Wednesday, January 22, 2020

Read Tarot for Yourself

I felt dumb and silly when I started to read tarot cards, so here are some tips. 
1- Buy one deck. I like the Aquarian tarot because it has faces, but any deck with pictures can help you learn faster. 
2- Shuffle them before you start, just like you wash bed sheets before you use them. 
3- Pick one to three cards. Pick randomly or take the top cards if you like to shuffle. The card on the left is the past, the center card is your policy or what to do, and the third card is your future. Face them towards you. Some people use reversed cards with different meanings, but that doubles what I have to learn. Research often suggests the ten card Celtic Cross, but I like easy. Seven is the most I ever throw down. 
4- Look up the meaning of each card. Type a short synopsis if you have time. You can use a book or the info sheet that comes with your cards, but I like to google for interpretations. 
5- Leave the cards out until the end of the day, to see what happened and how to relate it back to your cards. 
6- Pay attention to any card that repeats.
7- Shuffle and try again another day.

Wednesday, December 18, 2019

Suspending Reality

A visit to a new place boosts right-brained activity, whether it’s intuition, a motivation to create or enjoy art, or just a good feeling of love. You don’t have to go far, just try a different hike, a new friend’s environment, or a local art exhibit.

I spent the past week in Ireland. My father’s ancestors came from there sometime before 1731, but I felt an incredible affinity for the people and the land. In County Clare, I visited the 710 foot, five-mile-long Cliffs of Dover on a clear day with 50 mph winds. Goosebumps and thrills ran through my body. In Ennis, I ate a plate of fresh seafood at the Poet’s Corner bar in the Old Ground Hotel.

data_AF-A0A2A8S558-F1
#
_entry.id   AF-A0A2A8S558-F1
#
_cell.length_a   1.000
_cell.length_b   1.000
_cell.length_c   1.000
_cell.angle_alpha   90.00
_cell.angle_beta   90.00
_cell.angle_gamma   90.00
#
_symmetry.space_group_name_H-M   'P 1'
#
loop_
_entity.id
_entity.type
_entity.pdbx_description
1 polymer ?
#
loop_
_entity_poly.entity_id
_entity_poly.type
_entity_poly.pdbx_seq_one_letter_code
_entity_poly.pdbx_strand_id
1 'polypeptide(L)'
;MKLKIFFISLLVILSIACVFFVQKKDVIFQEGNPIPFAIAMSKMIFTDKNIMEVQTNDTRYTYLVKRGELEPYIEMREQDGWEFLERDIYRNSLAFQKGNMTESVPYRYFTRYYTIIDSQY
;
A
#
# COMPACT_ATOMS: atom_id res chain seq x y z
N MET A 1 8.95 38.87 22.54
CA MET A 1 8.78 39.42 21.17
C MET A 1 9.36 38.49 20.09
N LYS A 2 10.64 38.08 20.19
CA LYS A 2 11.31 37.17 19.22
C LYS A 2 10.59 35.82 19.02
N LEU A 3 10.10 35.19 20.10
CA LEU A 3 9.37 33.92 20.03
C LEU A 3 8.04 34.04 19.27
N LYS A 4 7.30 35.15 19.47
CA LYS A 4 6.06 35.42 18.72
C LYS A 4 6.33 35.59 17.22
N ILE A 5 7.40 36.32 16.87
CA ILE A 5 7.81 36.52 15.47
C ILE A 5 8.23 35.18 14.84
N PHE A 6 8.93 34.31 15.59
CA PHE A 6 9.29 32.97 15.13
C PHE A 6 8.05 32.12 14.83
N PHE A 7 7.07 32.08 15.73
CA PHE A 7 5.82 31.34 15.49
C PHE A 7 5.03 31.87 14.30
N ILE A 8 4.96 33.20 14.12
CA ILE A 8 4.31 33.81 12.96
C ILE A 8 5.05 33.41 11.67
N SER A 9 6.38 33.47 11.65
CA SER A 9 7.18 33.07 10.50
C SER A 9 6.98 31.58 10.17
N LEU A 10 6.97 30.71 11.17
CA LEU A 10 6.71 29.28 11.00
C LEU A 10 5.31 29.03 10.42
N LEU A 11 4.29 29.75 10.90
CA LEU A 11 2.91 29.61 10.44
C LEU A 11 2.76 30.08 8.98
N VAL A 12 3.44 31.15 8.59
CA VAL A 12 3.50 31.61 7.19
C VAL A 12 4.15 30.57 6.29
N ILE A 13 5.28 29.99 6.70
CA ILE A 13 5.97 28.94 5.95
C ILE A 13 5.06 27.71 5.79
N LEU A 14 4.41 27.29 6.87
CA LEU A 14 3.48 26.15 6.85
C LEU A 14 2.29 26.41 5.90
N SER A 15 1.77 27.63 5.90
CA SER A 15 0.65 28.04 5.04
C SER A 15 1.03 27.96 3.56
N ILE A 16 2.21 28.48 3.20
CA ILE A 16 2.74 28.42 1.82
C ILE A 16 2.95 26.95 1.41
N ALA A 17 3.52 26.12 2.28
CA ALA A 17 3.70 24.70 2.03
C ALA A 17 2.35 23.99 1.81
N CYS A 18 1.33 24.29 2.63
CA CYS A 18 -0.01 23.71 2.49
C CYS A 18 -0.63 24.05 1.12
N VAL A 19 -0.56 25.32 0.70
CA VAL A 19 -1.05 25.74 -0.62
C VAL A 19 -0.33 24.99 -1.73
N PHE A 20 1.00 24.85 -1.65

Now let me back up a minute. Months ago, the owner of the salon where I frequent, complimented my hair. “It’s curly and looks better with your small face,” she said. I knew my head was small, but hadn’t realized I should now worry about my small face.

As I sat in the Poet’s Corner bar in Ireland, along with several men my age (it seems men sit at the bar and women sit at tables, but not me), I realized the four barmaids all had small faces and small heads, with green eyes and coloring the same as mine. Family!

In County Cork at Blarney Castle, I asked one of the workers what was his favorite thing. He told me to skip the castle and see the gardens. He said I should see Rock Close, which he pronounced Rock Claws. It sounded scary but it wasn’t. I danced in ancient stone circles and felt at one with huge Druid rocks. For the first time in my life, I wanted to camp. The spirit moved me, as we used to say in the 60s.